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Are Married Women Secondary Workers? The Evolution of Married Women's Labor Supply in the U.S. from 1983 to 2000: Working Paper 2005-11

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  • Kyoo-il Kim
  • José Carlos Rodríguez-Pueblita

Abstract

Applying several estimation procedures to the Panel Study of Income Dynamics, we find that labor supply elasticities with respect to own wages and to other household members’ income for married white women have decreased significantly in absolute terms during the 1983-2000 period. The elasticities with respect to after-tax wages are statistically either not different from zero or negative, while the elasticities with respect to other household members’ income are negative, significant, and relatively stable for much of the period. Our results are robust and consistent across models and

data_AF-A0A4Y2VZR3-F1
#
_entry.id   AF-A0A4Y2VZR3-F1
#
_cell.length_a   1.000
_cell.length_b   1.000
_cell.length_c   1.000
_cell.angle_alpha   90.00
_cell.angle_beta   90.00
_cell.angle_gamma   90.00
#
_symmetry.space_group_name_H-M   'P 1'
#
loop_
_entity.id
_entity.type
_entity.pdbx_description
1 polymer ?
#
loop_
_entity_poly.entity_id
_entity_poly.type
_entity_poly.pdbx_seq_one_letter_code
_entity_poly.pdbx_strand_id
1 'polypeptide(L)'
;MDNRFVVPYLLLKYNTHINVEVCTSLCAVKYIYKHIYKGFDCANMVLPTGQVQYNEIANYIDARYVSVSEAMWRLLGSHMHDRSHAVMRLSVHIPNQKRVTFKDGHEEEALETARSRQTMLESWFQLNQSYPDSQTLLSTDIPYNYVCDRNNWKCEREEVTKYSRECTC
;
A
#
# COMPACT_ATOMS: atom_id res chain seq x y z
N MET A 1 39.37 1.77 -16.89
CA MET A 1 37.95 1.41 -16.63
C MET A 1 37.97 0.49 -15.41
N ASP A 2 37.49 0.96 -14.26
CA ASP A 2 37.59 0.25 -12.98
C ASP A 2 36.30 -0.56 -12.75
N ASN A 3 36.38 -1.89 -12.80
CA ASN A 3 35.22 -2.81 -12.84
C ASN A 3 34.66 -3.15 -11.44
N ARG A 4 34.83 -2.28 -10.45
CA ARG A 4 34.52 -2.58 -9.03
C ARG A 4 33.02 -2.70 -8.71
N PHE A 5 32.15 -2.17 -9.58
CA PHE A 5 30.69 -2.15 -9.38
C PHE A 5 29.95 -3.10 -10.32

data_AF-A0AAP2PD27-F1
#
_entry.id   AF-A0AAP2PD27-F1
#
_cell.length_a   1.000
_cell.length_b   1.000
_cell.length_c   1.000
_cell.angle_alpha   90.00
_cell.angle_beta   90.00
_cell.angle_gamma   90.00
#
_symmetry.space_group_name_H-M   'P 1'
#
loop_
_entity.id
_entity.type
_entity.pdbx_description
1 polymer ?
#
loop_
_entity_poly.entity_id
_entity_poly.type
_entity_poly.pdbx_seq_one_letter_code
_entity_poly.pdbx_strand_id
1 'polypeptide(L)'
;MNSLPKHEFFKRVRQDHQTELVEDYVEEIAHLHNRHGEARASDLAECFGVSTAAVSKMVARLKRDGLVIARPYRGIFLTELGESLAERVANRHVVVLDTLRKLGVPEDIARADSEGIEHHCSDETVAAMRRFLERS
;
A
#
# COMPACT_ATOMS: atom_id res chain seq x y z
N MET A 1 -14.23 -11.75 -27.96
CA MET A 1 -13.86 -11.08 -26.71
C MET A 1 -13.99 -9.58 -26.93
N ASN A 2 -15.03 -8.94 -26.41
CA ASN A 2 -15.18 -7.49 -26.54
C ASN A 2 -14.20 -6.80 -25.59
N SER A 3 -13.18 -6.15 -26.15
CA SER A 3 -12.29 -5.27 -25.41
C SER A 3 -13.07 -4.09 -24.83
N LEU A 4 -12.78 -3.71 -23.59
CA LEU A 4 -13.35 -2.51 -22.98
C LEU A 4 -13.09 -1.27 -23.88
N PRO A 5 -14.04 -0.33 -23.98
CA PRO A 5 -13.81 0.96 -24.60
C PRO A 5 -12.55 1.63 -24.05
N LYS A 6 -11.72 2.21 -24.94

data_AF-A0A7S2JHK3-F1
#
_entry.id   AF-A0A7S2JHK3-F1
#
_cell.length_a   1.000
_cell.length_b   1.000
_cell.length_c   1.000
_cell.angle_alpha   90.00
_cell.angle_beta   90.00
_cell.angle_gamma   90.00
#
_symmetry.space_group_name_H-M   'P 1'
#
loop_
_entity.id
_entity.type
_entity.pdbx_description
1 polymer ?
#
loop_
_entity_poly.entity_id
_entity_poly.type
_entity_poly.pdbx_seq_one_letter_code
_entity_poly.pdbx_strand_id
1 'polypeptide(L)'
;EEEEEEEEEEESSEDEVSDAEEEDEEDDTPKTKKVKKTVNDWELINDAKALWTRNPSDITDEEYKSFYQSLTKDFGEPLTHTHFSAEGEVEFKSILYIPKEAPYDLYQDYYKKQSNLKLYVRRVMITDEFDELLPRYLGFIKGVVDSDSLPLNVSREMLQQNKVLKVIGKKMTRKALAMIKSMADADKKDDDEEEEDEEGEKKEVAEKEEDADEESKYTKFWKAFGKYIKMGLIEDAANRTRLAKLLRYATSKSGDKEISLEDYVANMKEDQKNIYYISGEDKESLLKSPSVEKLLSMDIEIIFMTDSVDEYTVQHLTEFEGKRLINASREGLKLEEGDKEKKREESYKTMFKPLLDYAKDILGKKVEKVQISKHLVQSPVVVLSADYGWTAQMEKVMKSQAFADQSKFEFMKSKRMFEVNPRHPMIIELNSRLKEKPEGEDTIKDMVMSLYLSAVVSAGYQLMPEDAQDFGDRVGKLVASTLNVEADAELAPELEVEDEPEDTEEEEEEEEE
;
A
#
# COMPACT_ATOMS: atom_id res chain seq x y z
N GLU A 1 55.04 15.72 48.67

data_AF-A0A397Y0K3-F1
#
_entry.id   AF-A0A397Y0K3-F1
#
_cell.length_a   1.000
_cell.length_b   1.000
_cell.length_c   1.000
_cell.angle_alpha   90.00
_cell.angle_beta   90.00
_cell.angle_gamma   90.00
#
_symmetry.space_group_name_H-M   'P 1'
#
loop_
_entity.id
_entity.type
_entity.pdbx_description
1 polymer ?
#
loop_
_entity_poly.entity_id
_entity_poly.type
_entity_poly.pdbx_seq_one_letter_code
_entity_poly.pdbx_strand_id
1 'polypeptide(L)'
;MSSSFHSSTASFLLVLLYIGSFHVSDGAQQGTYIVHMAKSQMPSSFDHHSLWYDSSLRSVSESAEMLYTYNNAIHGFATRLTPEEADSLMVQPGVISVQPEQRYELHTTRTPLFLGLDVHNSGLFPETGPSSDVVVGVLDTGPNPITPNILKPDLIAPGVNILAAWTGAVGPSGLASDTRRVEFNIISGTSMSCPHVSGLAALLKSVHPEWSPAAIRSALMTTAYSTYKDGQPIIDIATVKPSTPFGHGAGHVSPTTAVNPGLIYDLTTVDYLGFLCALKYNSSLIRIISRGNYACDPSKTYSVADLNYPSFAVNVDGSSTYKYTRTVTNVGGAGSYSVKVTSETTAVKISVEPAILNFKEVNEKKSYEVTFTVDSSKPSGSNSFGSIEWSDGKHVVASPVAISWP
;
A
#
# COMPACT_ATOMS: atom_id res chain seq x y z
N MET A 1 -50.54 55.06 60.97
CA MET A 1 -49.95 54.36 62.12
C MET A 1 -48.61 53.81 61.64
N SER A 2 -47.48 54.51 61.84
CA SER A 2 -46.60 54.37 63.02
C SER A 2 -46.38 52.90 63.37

Suggested Citation

  • Kyoo-il Kim & José Carlos Rodríguez-Pueblita, 2005. "Are Married Women Secondary Workers? The Evolution of Married Women's Labor Supply in the U.S. from 1983 to 2000: Working Paper 2005-11," Working Papers 17570, Congressional Budget Office.
  • Handle: RePEc:cbo:wpaper:17570
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